Thursday, October 07, 2010

Ex Libris: James Lovegrove's The Age of Ra

I've not had prior experience reading James Lovegrove though some of his works had drawn my interest before. Unfortunately, being a UK writer, it was hard to find his books locally.

So it's a good thing that US publisher Solaris had managed to sign him on for a military-SF series that combines high-tech soldiers with different pantheons of gods: The Age of Ra, The Age of Zeus and The Age of Odin.

In The Age of Ra, the Egyptian mythology is all too real and has managed to overpower the other gods in the 19th century. As such, the Earth of the current century is one that's different-- and yet still familiar to us. In this alternate history, the royal family of Egyptian Gods (Ra, Osiris, Anubis, etc.) have divided the world into their territories. Unfortunately, like any family, the Egyptian Gods squabble and fight over the pieces such that there is perennial war among the nations of the world.

The only place where they don't involve themselves is Egypt, the birthplace of their religion. But this doesn't mean that Egypt is a peaceful country, being a hot zone of warlords and a group of "free people" led by the enigmatic Lightbringer.

Protagonist David Westwynter, British special forces soldier of His Pharaonic Majesty's Service, is on a covert mission in the Middle East when everything goes wrong. But this only serves an opportunity for him to meet the said Lightbringer, who has promised to bring the gods down. Before he knows it, he's part of an uprising as a freedom fighter fighting for humanity's sake. Unfortunately, the Egyptian gods are a nasty bunch and they don't fight fair...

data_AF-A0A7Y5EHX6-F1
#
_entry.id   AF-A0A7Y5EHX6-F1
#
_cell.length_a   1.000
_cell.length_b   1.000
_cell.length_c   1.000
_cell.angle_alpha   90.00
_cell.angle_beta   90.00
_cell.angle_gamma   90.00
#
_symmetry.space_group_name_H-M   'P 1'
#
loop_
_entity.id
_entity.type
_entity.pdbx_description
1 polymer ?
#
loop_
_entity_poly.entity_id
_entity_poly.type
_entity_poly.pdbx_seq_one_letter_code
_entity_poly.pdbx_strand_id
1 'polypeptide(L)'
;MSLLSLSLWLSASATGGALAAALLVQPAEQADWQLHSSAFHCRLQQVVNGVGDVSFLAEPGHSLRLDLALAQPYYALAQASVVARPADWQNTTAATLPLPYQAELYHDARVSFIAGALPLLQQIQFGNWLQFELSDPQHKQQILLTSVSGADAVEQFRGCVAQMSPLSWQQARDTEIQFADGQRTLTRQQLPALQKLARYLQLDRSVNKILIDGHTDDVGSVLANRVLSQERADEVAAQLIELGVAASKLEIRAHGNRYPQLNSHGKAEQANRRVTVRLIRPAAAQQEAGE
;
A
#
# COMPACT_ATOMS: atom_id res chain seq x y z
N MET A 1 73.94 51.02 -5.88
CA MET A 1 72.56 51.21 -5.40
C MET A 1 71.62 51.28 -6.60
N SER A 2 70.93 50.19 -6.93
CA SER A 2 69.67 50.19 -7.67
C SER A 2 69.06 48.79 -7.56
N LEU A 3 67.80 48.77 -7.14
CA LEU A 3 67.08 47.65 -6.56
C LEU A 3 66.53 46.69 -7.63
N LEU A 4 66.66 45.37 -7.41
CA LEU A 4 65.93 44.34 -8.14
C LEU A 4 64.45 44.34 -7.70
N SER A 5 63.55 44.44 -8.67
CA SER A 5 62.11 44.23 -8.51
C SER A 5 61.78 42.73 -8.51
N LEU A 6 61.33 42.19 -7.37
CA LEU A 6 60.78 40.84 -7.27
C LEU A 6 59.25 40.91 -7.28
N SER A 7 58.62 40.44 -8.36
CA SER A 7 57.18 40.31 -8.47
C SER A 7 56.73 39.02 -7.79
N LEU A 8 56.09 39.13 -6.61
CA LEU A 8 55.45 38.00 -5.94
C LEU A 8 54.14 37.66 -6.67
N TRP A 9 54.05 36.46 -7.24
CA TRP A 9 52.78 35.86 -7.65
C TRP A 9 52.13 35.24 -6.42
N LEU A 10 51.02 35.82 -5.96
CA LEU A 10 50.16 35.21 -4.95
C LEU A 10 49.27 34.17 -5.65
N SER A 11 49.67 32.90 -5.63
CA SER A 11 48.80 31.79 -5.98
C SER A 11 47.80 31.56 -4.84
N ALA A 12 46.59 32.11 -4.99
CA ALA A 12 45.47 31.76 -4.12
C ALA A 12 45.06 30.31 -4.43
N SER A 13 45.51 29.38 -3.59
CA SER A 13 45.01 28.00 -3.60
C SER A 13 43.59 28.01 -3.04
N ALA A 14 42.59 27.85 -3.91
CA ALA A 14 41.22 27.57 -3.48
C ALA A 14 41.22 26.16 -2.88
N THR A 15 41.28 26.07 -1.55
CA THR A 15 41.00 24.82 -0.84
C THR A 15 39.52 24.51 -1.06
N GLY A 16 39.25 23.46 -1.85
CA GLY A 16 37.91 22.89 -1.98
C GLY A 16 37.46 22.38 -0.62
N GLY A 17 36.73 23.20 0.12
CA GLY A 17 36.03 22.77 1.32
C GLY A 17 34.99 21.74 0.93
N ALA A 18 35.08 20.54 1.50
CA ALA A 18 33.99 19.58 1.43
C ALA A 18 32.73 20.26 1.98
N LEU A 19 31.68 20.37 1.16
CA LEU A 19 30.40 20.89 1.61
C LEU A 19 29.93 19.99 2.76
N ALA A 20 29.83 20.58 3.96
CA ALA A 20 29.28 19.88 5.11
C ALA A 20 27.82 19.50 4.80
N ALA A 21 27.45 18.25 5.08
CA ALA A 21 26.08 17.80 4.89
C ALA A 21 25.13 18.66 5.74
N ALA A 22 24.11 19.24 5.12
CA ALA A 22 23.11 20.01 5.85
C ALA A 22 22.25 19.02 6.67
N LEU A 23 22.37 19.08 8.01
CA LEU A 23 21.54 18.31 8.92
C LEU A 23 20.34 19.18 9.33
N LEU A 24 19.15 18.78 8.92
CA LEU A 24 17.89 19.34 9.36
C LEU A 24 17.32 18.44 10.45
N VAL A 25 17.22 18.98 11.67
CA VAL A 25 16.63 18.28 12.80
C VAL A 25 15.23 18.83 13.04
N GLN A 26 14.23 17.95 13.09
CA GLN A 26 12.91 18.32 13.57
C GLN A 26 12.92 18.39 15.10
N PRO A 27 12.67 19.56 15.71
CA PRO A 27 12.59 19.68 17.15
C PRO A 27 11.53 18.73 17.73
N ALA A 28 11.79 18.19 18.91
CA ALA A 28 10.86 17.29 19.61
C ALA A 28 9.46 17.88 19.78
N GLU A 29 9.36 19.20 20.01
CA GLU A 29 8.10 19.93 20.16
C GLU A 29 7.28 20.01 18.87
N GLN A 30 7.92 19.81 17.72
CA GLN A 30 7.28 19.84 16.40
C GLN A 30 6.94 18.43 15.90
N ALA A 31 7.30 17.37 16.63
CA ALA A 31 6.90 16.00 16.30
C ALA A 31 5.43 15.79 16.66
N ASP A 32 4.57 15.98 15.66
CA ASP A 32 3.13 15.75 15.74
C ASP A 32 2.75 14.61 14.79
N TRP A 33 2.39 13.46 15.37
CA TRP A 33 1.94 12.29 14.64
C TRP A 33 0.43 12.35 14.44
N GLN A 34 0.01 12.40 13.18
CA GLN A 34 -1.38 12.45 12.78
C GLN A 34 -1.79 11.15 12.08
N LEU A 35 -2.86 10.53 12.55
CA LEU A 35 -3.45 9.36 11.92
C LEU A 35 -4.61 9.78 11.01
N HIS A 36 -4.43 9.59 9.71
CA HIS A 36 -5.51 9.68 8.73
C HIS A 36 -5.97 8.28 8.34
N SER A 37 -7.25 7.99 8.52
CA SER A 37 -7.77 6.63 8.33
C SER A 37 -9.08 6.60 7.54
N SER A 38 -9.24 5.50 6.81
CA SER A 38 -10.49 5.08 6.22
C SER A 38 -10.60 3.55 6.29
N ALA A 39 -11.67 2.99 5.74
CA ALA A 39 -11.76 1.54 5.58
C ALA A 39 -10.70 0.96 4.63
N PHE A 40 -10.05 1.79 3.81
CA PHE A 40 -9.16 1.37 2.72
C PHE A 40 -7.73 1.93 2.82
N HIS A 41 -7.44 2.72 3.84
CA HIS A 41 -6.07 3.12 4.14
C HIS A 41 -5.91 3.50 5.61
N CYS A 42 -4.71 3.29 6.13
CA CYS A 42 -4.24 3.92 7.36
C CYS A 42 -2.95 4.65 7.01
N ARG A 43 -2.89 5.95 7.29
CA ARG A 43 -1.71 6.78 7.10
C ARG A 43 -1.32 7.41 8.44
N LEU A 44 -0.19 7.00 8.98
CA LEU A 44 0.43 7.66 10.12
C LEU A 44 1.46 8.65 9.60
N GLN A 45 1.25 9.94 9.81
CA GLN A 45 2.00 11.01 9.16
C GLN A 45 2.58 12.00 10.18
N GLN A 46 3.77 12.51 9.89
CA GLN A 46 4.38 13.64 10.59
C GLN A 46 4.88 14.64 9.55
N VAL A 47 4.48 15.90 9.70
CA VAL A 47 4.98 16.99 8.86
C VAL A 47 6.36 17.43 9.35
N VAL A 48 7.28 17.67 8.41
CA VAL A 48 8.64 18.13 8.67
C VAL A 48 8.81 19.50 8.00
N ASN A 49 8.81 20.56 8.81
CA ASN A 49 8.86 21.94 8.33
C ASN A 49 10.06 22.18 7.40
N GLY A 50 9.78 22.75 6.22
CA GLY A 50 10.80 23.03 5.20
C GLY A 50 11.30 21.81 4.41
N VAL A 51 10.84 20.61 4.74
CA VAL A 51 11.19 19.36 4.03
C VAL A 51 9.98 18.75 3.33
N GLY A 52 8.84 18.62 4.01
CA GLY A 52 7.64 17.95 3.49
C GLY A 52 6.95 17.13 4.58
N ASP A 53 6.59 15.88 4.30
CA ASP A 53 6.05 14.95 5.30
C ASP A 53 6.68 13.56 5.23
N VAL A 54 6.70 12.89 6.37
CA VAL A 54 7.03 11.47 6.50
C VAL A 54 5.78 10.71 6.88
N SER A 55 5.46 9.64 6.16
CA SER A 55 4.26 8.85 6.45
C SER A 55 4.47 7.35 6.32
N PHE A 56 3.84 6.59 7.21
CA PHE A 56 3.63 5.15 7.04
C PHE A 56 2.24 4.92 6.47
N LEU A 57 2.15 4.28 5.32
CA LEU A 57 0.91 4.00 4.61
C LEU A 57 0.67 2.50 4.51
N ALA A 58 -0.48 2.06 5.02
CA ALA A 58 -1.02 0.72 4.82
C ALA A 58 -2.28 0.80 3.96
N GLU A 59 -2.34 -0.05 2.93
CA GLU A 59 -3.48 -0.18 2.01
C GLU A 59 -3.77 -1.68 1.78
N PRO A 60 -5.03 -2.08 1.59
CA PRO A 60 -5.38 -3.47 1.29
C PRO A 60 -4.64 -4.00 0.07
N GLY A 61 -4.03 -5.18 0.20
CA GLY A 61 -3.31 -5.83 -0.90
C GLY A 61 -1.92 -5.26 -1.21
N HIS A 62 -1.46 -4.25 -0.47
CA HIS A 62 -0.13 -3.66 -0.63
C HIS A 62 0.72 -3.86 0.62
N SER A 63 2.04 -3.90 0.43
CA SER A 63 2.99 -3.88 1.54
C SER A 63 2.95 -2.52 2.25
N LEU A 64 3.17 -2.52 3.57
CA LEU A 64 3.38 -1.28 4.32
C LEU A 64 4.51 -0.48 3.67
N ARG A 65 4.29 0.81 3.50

With this book, Lovegrove has set the tone and pacing for some action-packed reading material. Moreover, his setting is impeccable with world-building that makes us realize that this is still Earth (Middle Eastern geo-politics) and not our own (Egyptian technology like ba-infused lances that fire lasers). The concept of gods walking the Earth isn't new but I'm intrigued enough by Lovegrove's approach that I'm willing to check out the rest of the series as well.

Don't expect much from this book as characterization is sparse and the drama is light. What you can do expect is to throw away a whole afternoon reading it from cover to cover. (Rating: Two paws out of four.)

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